Tatiara farmer Shaun Taylor was pretty shocked to stumble across a brown snake in his hay shed, midway through the act of polishing off another brown snake!
The incident happened just before the Christmas and New Year break, when Mr Taylor was testing moisture levels in hay bales.
“I went to turn around and was shocked to see the snakes about two metres behind me,” he said.
“It took me a bit to work out exactly what was happening – I’ve seen snakes congregate together during mating season and initially I thought that’s what was happening.
“Upon closer inspection I realised one of the adult snakes was in the process of suffocating and consuming the other similarly sized adult snake.”
Mr Taylor said he wasn’t particularly worried about the situation, but was ‘gobsmacked’ to see it happen and experience such a moment.
“In this particular case I was aware that snakes cannibalise each other, but usually it’s an adult snake eating a younger one,” he said.
“It probably happens more often than we think but we never have the chance to witness it – I thought to take some photos because it was something I had never seen before.
“I knew the snake wasn’t in a position to move or cause me too much harm, I well and truly still kept my distance.”
Mr Taylor said he did not want to disturb the snakes too much during the process and decided to momentarily leave the hay-shed.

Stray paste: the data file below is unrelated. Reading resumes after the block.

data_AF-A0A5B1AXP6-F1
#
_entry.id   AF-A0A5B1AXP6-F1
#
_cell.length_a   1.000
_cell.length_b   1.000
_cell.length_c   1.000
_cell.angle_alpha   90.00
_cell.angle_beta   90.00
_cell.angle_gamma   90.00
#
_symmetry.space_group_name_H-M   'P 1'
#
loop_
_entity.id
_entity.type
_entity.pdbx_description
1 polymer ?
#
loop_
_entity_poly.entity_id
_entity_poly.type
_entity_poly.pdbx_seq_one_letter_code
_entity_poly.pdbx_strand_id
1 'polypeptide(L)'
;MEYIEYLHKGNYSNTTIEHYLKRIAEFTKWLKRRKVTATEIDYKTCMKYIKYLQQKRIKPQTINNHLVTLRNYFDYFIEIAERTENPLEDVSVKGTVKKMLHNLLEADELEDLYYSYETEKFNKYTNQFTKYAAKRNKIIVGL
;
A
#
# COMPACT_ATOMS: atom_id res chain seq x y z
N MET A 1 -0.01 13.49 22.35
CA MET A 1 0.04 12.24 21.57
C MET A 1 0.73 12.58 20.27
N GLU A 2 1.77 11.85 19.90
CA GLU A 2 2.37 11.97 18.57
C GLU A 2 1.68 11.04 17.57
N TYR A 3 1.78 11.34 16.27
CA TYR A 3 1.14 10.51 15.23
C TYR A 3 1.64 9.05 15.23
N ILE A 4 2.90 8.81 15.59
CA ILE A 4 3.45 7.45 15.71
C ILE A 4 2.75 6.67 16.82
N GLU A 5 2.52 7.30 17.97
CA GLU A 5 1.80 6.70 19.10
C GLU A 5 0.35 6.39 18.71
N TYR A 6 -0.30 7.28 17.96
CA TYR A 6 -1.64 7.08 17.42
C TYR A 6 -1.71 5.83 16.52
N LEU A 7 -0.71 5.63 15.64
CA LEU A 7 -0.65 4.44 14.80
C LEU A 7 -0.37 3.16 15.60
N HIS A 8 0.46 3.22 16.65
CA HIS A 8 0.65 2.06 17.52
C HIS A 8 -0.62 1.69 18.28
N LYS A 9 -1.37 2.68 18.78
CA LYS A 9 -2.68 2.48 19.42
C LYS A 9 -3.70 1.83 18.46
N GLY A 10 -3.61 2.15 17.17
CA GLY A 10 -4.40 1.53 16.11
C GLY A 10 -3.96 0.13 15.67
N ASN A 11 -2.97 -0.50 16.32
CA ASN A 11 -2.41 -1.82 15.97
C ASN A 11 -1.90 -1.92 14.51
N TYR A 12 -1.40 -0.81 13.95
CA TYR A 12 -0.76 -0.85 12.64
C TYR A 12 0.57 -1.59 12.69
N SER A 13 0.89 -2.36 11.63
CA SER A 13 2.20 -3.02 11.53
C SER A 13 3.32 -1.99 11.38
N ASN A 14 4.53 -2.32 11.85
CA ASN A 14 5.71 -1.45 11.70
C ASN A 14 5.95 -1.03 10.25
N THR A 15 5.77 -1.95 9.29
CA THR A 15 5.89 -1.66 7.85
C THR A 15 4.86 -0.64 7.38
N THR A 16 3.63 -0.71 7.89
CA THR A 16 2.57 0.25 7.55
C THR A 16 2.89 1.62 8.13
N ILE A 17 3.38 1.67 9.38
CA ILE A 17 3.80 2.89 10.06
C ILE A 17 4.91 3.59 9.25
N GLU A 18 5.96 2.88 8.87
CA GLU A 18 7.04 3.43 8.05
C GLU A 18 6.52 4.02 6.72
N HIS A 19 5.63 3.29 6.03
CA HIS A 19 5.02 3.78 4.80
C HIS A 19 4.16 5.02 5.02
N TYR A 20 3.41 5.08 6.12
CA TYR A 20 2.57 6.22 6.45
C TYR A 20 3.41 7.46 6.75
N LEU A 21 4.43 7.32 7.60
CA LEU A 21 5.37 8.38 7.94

“I came back about half an hour later and they had both disappeared,” Mr Taylor said.
“I assume it proceeded to swallow and ingest the other snake – apparently if you disturb them when they are ingesting and they regurgitate halfway through it can do quite a bit of damage.”
Mr Taylor told the Chronicle that dealing with snakes was part and parcel of growing up on a farm.
“You learn to live with them – snakes in general have a bit of a bad reputation and some people go out and try to get rid of them. We have to remember they are part of the life cycle and they certainly help keep the rats and mice down,” he said.
“It’s just a matter of being mindful that snakes are about, we are working within their environment and normally snakes are just as scared as us as we are with them.”
The reptiles in question were eastern brown snakes, native to eastern and central Australia and southern New Guinea.
The eastern brown snake is found in most habitats and has become more common in farmland and on the outskirts of urban areas, benefitting from agriculture due to increased numbers of its main prey.